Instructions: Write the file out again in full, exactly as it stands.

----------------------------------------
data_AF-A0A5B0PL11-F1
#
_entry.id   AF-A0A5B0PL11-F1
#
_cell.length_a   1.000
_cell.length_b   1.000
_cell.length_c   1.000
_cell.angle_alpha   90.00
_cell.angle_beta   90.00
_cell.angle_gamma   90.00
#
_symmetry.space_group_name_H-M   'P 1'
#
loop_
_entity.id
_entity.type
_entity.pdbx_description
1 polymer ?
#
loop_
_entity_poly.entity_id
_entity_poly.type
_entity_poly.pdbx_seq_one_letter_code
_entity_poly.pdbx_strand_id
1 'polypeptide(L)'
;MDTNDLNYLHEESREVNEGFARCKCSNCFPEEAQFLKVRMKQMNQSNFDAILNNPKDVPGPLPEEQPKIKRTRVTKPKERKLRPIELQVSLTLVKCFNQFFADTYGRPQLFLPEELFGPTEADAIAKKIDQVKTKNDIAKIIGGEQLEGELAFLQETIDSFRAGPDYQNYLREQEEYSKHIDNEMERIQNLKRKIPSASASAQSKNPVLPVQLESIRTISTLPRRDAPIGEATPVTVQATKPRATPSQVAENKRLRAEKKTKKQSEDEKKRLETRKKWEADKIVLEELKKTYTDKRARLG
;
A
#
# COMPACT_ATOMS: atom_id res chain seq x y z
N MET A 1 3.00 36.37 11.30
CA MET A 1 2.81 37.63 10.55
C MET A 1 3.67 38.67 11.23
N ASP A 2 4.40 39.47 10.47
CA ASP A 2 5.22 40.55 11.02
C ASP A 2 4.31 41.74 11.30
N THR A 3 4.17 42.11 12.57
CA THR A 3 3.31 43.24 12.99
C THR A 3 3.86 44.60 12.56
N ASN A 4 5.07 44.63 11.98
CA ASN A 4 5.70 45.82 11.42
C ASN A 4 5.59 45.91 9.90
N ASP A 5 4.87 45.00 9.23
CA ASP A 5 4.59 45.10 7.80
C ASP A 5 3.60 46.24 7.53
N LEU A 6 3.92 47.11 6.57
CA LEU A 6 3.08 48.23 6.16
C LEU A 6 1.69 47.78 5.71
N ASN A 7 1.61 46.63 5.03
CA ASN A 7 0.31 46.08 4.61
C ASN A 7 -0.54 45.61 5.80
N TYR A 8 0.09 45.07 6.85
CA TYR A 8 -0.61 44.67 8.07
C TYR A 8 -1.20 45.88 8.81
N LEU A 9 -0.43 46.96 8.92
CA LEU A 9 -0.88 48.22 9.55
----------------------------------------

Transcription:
data_AF-A0A5B0PL11-F1
#
_entry.id   AF-A0A5B0PL11-F1
#
_cell.length_a   1.000
_cell.length_b   1.000
_cell.length_c   1.000
_cell.angle_alpha   90.00
_cell.angle_beta   90.00
_cell.angle_gamma   90.00
#
_symmetry.space_group_name_H-M   'P 1'
#
loop_
_entity.id
_entity.type
_entity.pdbx_description
1 polymer ?
#
loop_
_entity_poly.entity_id
_entity_poly.type
_entity_poly.pdbx_seq_one_letter_code
_entity_poly.pdbx_strand_id
1 'polypeptide(L)'
;MDTNDLNYLHEESREVNEGFARCKCSNCFPEEAQFLKVRMKQMNQSNFDAILNNPKDVPGPLPEEQPKIKRTRVTKPKERKLRPIELQVSLTLVKCFNQFFADTYGRPQLFLPEELFGPTEADAIAKKIDQVKTKNDIAKIIGGEQLEGELAFLQETIDSFRAGPDYQNYLREQEEYSKHIDNEMERIQNLKRKIPSASASAQSKNPVLPVQLESIRTISTLPRRDAPIGEATPVTVQATKPRATPSQVAENKRLRAEKKTKKQSEDEKKRLETRKKWEADKIVLEELKKTYTDKRARLG
;
A
#
# COMPACT_ATOMS: atom_id res chain seq x y z
N MET A 1 3.00 36.37 11.30
CA MET A 1 2.81 37.63 10.55
C MET A 1 3.67 38.67 11.23
N ASP A 2 4.40 39.47 10.47
CA ASP A 2 5.22 40.55 11.02
C ASP A 2 4.31 41.74 11.30
N THR A 3 4.17 42.11 12.57
CA THR A 3 3.31 43.24 12.99
C THR A 3 3.86 44.60 12.56
N ASN A 4 5.07 44.63 11.98
CA ASN A 4 5.70 45.82 11.42
C ASN A 4 5.59 45.91 9.90
N ASP A 5 4.87 45.00 9.23
CA ASP A 5 4.59 45.10 7.80
C ASP A 5 3.60 46.24 7.53
N LEU A 6 3.92 47.11 6.57
CA LEU A 6 3.08 48.23 6.16
C LEU A 6 1.69 47.78 5.71
N ASN A 7 1.61 46.63 5.03
CA ASN A 7 0.31 46.08 4.61
C ASN A 7 -0.54 45.61 5.80
N TYR A 8 0.09 45.07 6.85
CA TYR A 8 -0.61 44.67 8.07
C TYR A 8 -1.20 45.88 8.81
N LEU A 9 -0.43 46.96 8.92
CA LEU A 9 -0.88 48.22 9.55